Somehow, on my first night in town, we got into the lao-lao again. I don’t know how this happened. Honest. I also ended up drinking at a bar called The Drop Zone. I could tell by the décor that the owner was a jumper – of sorts. There were some old photos of someone landing at the Kenya boogie in the 90s. This bar also had a particularly large influx of lady-boys, one of whom took over the jukebox and played Gangnam Style over and over. I ended up leaving and going back to the hostel. But the next thing I knew, as lao-lao would do this, I was drunk. One of the workers at the hostel was trying to convince me to accompany him back to his guesthouse where we would just cuddle. I thought long and hard about it – I mean, a cuddle would be nice, but I ended up saying no and going back to my bed.

Here. Just look at a pretty picture of the sunset over the river.

Here. Just look at a pretty picture of the sunset over the river.

The next morning I woke up, headache, naturally, had my toast and jam, rented a bike and headed to the Thai Consulate to apply for my visa. This process took about an hour and I was off on my way, headache still, back to the hostel where I would again spend the majority of my day wandering the Internet. I booked a flight to Chaing Mai from Udon Thani, booked a room in Udon Thani and researched hostels in Chaing Mai. I also put up another blog post and talked to a few friends back home. I got some small bills in Thai Baht, had a gorgeous lunch at a little café down the road and walked to the river for some noodles for dinner. I didn’t feel right for the whole day. Damn you lao-lao.

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The worst part of the day was around midnight, when I still couldn’t sleep, noticing how itchy my legs had become. I touched them and felt welts. Distressed, I went into the hall and sure as hell had dozens of bites all over my legs. Bed bugs? I don’t know. How can one really tell. The guy on the bunk above me had been sweeping ants off his bunk earlier. The bites were in groups of three or four and were so swollen. I went to the front desk and showed them. The staff member from the night before said it wouldn’t have happened if I had taken him up on his offer. Hah! But they honestly hadn’t heard of them having bedbugs in the hostel before, so they didn’t know what to do. They let me switch beds and I fell into a restless and itchy sleep.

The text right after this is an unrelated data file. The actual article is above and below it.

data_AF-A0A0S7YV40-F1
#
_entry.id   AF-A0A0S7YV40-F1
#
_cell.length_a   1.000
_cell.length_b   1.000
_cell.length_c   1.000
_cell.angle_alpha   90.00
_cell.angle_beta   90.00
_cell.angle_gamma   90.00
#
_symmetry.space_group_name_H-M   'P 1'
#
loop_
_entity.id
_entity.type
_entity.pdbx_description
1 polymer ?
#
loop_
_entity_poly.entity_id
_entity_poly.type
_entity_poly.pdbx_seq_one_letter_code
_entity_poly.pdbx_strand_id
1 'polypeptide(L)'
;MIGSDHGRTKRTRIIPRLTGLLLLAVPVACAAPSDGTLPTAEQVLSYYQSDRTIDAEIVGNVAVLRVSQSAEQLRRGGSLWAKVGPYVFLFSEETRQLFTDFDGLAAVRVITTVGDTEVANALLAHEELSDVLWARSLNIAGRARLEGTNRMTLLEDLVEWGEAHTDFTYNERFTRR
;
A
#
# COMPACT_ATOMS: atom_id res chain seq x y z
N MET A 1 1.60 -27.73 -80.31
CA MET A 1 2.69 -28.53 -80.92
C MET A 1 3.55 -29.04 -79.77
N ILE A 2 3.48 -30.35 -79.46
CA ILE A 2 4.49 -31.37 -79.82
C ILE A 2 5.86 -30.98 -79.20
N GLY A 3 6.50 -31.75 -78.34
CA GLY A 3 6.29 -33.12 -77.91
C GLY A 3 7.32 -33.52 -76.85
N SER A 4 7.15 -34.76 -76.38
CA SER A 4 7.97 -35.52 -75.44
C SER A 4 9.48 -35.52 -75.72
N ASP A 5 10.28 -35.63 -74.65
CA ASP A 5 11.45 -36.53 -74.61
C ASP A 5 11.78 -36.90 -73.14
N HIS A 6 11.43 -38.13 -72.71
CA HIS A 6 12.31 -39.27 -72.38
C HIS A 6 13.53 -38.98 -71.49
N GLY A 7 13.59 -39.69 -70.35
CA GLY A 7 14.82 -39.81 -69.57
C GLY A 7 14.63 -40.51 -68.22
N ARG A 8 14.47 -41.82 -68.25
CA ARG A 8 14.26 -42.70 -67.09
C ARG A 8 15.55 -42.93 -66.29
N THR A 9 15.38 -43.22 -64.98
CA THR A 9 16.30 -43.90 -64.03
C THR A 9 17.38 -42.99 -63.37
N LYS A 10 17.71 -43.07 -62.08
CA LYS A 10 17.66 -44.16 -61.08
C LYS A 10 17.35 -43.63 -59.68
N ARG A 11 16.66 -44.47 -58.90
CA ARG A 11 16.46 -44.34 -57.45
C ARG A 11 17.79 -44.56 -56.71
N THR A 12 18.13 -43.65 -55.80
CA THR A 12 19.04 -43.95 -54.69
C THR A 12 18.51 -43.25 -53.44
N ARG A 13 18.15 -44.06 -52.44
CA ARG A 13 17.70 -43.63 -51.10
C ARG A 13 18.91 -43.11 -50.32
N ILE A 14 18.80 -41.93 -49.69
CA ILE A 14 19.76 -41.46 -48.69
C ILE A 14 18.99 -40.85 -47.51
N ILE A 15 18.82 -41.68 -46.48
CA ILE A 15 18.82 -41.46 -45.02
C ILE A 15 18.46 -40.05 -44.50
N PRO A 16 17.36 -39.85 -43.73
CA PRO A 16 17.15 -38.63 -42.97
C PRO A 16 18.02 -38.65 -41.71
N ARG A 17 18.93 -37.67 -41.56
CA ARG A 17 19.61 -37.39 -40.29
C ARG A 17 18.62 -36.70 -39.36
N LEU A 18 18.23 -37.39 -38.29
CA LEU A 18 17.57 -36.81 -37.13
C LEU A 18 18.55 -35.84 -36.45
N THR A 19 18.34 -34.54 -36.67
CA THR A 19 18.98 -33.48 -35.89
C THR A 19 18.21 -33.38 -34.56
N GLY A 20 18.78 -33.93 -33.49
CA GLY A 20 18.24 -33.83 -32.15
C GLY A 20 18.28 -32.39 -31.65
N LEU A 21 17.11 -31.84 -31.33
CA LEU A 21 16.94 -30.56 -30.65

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In the morning the itching was nuts. I took 5mg of prednisone to try and counteract a lot of the swelling and itchiness. I know prednisone is evil, but I didn’t want to chance breaking them open and then having them get infected. I added copious amounts of white tigerbalm and tried to forget about it. Tried.

Check out time was noon, so I got some writing done after breakfast and then donned my bag and walked to the Thai Consulate. It’s about a 35min walk from the hostel. No biggie. I had only about 100,000 Kip left and wasn’t sure how much the bus (which I never ended up taking) would cost. I got to the embassy, met some girls in line who had done the trip to Udon Thani before and were doing it again as soon as they got their visas and decided to take me along with them. That, however, is a whole other story.